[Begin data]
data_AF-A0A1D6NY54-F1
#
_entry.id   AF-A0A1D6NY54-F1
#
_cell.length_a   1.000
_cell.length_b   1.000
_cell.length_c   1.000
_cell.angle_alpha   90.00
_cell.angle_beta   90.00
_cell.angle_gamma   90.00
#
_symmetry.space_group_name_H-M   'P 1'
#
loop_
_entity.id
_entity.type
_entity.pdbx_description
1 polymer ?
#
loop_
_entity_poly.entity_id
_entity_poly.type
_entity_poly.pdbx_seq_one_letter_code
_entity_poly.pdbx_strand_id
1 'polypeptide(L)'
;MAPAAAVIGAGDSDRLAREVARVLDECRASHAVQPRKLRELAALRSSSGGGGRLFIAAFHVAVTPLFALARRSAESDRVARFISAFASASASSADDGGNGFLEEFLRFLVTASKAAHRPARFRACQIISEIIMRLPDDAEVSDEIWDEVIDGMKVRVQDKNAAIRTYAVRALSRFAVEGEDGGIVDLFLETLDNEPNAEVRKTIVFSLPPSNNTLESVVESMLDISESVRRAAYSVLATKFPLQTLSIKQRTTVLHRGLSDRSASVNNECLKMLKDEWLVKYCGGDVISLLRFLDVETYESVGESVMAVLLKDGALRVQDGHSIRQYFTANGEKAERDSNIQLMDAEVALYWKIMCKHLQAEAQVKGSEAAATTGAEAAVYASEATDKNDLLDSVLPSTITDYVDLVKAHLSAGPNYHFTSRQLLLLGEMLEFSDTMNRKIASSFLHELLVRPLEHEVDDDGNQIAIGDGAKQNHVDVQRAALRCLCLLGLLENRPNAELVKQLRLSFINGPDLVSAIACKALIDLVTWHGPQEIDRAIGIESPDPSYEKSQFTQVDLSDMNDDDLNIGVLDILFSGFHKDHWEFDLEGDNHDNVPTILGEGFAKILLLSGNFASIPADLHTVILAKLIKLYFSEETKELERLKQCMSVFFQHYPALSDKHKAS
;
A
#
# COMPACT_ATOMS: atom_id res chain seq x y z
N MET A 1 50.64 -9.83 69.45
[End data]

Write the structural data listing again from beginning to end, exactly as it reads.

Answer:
data_AF-A0A1D6NY54-F1
#
_entry.id   AF-A0A1D6NY54-F1
#
_cell.length_a   1.000
_cell.length_b   1.000
_cell.length_c   1.000
_cell.angle_alpha   90.00
_cell.angle_beta   90.00
_cell.angle_gamma   90.00
#
_symmetry.space_group_name_H-M   'P 1'
#
loop_
_entity.id
_entity.type
_entity.pdbx_description
1 polymer ?
#
loop_
_entity_poly.entity_id
_entity_poly.type
_entity_poly.pdbx_seq_one_letter_code
_entity_poly.pdbx_strand_id
1 'polypeptide(L)'
;MAPAAAVIGAGDSDRLAREVARVLDECRASHAVQPRKLRELAALRSSSGGGGRLFIAAFHVAVTPLFALARRSAESDRVARFISAFASASASSADDGGNGFLEEFLRFLVTASKAAHRPARFRACQIISEIIMRLPDDAEVSDEIWDEVIDGMKVRVQDKNAAIRTYAVRALSRFAVEGEDGGIVDLFLETLDNEPNAEVRKTIVFSLPPSNNTLESVVESMLDISESVRRAAYSVLATKFPLQTLSIKQRTTVLHRGLSDRSASVNNECLKMLKDEWLVKYCGGDVISLLRFLDVETYESVGESVMAVLLKDGALRVQDGHSIRQYFTANGEKAERDSNIQLMDAEVALYWKIMCKHLQAEAQVKGSEAAATTGAEAAVYASEATDKNDLLDSVLPSTITDYVDLVKAHLSAGPNYHFTSRQLLLLGEMLEFSDTMNRKIASSFLHELLVRPLEHEVDDDGNQIAIGDGAKQNHVDVQRAALRCLCLLGLLENRPNAELVKQLRLSFINGPDLVSAIACKALIDLVTWHGPQEIDRAIGIESPDPSYEKSQFTQVDLSDMNDDDLNIGVLDILFSGFHKDHWEFDLEGDNHDNVPTILGEGFAKILLLSGNFASIPADLHTVILAKLIKLYFSEETKELERLKQCMSVFFQHYPALSDKHKAS
;
A
#
# COMPACT_ATOMS: atom_id res chain seq x y z
N MET A 1 50.64 -9.83 69.45